The English Patents Court was the third court in Europe to adjudicate on infringement Occlutech GmbH v AGA Medical Corp and Another [2009] EWHC 2013 (Ch).

Having reached diametrically opposed views on the construction of claim 1 of AGA’s patent, the German court held Occlutech to infringe whilst the Dutch court found no infringement. The English judge agreed with the latter.

The patent claimed medical devices made of braided metal (typically Nitinol), whereby the devices when implanted have a generally dumbbell shape “…characterised in that clamps (15) are adapted to clamp the strands at the opposed ends of the device.” The judge held the Occlutech devices did not infringe based on the construction of the word “clamps” and the phrase “opposed ends of the device.” He was not convinced that the patentee had made a “dictionary definition” in the specification for the word clamp. Although the specification referred to alternative methods of securing the ends, they were specified as alternatives only. It was not apparent to him why the patentee should intend to exclude such alternatives. However, the drafting of claim 1 was “so clear that the actual wording cannot be ignored…and the relevant words cannot be extended beyond their natural wording…” Instead of a clamp, the Occlutech devices were welded. Although welding was listed as an alternative to clamping in the specification, the word “clamp” within the claim did not extend to welding. Further, the Occlutech devices did not infringe as they were welded at only one end. Although not welded at “opposed ends of the device” the argument presented by AGA was that the Occlutech devices achieved the same functionality as the claimed invention. The judge was not convinced: “[t]o adopt this approach is not successfully to adopt a purposive construction of the patent; it is to go way beyond what seems clearly to be a specific limitation, deliberately included, even though one cannot glean why that limitation might be there.” Accordingly, the Occultech devices do not infringe the UK patent.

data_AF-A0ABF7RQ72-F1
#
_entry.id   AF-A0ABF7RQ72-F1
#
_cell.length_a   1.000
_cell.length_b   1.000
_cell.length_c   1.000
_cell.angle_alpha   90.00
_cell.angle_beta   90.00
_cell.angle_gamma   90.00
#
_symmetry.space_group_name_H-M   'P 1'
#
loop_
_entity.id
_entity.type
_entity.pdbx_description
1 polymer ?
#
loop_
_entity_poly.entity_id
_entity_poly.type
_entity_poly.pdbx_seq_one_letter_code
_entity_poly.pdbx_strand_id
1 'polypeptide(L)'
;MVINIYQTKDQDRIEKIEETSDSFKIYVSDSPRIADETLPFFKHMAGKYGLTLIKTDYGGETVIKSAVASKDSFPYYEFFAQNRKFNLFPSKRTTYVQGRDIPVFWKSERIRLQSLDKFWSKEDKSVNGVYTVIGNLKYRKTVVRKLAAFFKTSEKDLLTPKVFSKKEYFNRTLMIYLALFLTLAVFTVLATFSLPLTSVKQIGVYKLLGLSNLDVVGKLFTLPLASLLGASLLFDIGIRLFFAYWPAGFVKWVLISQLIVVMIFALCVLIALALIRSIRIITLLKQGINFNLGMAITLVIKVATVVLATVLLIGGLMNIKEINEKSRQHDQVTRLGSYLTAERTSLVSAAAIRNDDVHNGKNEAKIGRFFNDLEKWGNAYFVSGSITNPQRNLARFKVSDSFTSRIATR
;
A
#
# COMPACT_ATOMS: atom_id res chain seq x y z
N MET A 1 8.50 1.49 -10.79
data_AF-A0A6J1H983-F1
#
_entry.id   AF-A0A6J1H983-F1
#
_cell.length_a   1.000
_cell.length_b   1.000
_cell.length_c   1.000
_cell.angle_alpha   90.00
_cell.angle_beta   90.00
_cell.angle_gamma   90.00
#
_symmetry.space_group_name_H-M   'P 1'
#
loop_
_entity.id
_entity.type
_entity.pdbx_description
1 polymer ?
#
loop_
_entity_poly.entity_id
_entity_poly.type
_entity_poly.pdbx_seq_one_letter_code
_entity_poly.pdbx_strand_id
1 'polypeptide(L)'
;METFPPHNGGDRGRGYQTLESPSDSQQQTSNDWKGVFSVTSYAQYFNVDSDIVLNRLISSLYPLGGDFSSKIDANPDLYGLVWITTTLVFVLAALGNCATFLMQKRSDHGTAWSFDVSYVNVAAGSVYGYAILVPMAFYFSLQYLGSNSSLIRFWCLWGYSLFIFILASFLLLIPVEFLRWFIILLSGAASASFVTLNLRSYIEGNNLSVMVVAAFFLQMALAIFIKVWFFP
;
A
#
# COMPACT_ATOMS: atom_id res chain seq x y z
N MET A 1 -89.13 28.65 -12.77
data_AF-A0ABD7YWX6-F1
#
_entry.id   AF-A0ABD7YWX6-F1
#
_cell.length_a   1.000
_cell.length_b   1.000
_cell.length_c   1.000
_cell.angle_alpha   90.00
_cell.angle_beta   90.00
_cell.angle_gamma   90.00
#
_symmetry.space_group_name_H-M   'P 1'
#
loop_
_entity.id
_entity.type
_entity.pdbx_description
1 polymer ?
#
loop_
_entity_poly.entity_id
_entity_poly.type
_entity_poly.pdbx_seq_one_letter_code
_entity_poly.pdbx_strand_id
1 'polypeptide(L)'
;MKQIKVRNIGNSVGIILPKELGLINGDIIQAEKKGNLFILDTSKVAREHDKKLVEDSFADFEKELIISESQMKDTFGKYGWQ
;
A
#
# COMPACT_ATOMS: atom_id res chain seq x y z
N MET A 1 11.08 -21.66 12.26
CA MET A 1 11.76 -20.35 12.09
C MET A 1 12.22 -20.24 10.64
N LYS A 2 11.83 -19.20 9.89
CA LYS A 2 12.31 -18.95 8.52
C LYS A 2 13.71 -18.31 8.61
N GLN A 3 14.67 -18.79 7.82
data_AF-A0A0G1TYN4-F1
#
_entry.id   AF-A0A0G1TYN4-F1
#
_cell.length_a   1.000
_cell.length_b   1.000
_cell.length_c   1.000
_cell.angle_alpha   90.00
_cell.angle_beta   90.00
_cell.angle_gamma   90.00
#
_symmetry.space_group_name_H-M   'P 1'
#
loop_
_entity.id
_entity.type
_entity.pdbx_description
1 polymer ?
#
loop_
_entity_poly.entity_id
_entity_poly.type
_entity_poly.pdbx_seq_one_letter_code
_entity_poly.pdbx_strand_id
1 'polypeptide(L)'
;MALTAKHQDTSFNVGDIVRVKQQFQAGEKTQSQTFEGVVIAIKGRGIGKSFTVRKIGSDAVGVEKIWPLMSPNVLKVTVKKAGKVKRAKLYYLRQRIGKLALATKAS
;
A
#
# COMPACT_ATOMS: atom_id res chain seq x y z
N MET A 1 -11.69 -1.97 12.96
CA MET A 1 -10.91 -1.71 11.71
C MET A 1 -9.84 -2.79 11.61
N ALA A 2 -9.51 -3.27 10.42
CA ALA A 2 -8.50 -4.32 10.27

The Düsseldorf Higher Regional Court construed claim 1 of the corresponding German designation of the patent wholly differently. Welding was included within claim 1 and a ring positioned over the welding of the Occlutech devices fulfilled the same purpose as a clamp. Although the court agreed that claim 1 described clamping at either end “the average skilled person will not content himself with this mere linguistic understanding.” The technically meaningful understanding of the claim would not limit the skilled reader to two clamps or welds. Accordingly, the Occlutech devices infringe the German AGA patent.

The UK AGA patent was found valid by the English judge. The only prior art document was a Boston Scientific patent disclosing a knitted stent. Each of the braided metal, dumbbell shape, and clamping of claim 1 were not obvious and moreover when in combination there was a clear inventive step.